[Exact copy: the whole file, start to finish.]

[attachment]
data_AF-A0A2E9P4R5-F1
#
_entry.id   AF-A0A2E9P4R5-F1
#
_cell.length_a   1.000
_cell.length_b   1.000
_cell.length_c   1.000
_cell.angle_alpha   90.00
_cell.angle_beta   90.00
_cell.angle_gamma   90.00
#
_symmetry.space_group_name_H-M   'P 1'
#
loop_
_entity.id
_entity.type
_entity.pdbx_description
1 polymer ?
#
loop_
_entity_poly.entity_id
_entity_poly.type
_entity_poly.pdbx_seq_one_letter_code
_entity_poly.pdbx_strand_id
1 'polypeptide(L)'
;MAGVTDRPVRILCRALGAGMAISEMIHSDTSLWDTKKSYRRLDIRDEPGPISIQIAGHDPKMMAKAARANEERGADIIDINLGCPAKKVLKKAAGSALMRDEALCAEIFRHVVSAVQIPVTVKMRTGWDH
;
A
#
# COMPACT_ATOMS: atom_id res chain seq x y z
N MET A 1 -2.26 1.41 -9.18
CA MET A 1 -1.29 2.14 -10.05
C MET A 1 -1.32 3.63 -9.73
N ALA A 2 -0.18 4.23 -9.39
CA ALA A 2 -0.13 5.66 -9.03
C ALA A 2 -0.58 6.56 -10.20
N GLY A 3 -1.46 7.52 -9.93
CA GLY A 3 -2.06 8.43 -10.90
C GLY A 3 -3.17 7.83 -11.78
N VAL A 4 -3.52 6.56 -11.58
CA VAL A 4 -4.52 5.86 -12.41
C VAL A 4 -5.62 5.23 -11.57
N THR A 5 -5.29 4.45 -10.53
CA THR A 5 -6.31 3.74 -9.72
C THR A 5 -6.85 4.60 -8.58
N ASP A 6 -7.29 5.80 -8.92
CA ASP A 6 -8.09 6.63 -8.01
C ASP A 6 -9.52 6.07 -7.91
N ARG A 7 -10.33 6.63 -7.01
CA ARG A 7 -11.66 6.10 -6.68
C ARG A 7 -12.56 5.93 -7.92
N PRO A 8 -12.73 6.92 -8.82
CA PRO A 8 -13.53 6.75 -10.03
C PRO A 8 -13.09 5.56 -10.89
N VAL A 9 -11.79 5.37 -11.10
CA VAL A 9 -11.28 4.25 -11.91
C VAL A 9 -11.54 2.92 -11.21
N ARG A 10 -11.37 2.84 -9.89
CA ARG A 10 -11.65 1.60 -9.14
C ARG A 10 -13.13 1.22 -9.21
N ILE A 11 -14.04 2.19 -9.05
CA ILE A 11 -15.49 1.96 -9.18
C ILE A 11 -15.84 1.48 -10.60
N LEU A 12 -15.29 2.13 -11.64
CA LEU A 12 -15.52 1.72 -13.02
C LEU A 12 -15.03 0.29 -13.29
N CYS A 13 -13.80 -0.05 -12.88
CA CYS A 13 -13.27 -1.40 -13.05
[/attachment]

data_AF-A0A2E9P4R5-F1
#
_entry.id   AF-A0A2E9P4R5-F1
#
_cell.length_a   1.000
_cell.length_b   1.000
_cell.length_c   1.000
_cell.angle_alpha   90.00
_cell.angle_beta   90.00
_cell.angle_gamma   90.00
#
_symmetry.space_group_name_H-M   'P 1'
#
loop_
_entity.id
_entity.type
_entity.pdbx_description
1 polymer ?
#
loop_
_entity_poly.entity_id
_entity_poly.type
_entity_poly.pdbx_seq_one_letter_code
_entity_poly.pdbx_strand_id
1 'polypeptide(L)'
;MAGVTDRPVRILCRALGAGMAISEMIHSDTSLWDTKKSYRRLDIRDEPGPISIQIAGHDPKMMAKAARANEERGADIIDINLGCPAKKVLKKAAGSALMRDEALCAEIFRHVVSAVQIPVTVKMRTGWDH
;
A
#
# COMPACT_ATOMS: atom_id res chain seq x y z
N MET A 1 -2.26 1.41 -9.18
CA MET A 1 -1.29 2.14 -10.05
C MET A 1 -1.32 3.63 -9.73
N ALA A 2 -0.18 4.23 -9.39
CA ALA A 2 -0.13 5.66 -9.03
C ALA A 2 -0.58 6.56 -10.20
N GLY A 3 -1.46 7.52 -9.93
CA GLY A 3 -2.06 8.43 -10.90
C GLY A 3 -3.17 7.83 -11.78
N VAL A 4 -3.52 6.56 -11.58
CA VAL A 4 -4.52 5.86 -12.41
C VAL A 4 -5.62 5.23 -11.57
N THR A 5 -5.29 4.45 -10.53
CA THR A 5 -6.31 3.74 -9.72
C THR A 5 -6.85 4.60 -8.58
N ASP A 6 -7.29 5.80 -8.92
CA ASP A 6 -8.09 6.63 -8.01
C ASP A 6 -9.52 6.07 -7.91
N ARG A 7 -10.33 6.63 -7.01
CA ARG A 7 -11.66 6.10 -6.68
C ARG A 7 -12.56 5.93 -7.92
N PRO A 8 -12.73 6.92 -8.82
CA PRO A 8 -13.53 6.75 -10.03
C PRO A 8 -13.09 5.56 -10.89
N VAL A 9 -11.79 5.37 -11.10
CA VAL A 9 -11.28 4.25 -11.91
C VAL A 9 -11.54 2.92 -11.21
N ARG A 10 -11.37 2.84 -9.89
CA ARG A 10 -11.65 1.60 -9.14
C ARG A 10 -13.13 1.22 -9.21
N ILE A 11 -14.04 2.19 -9.05
CA ILE A 11 -15.49 1.96 -9.18
C ILE A 11 -15.84 1.48 -10.60
N LEU A 12 -15.29 2.13 -11.64
CA LEU A 12 -15.52 1.72 -13.02
C LEU A 12 -15.03 0.29 -13.29
N CYS A 13 -13.80 -0.05 -12.88
CA CYS A 13 -13.27 -1.40 -13.05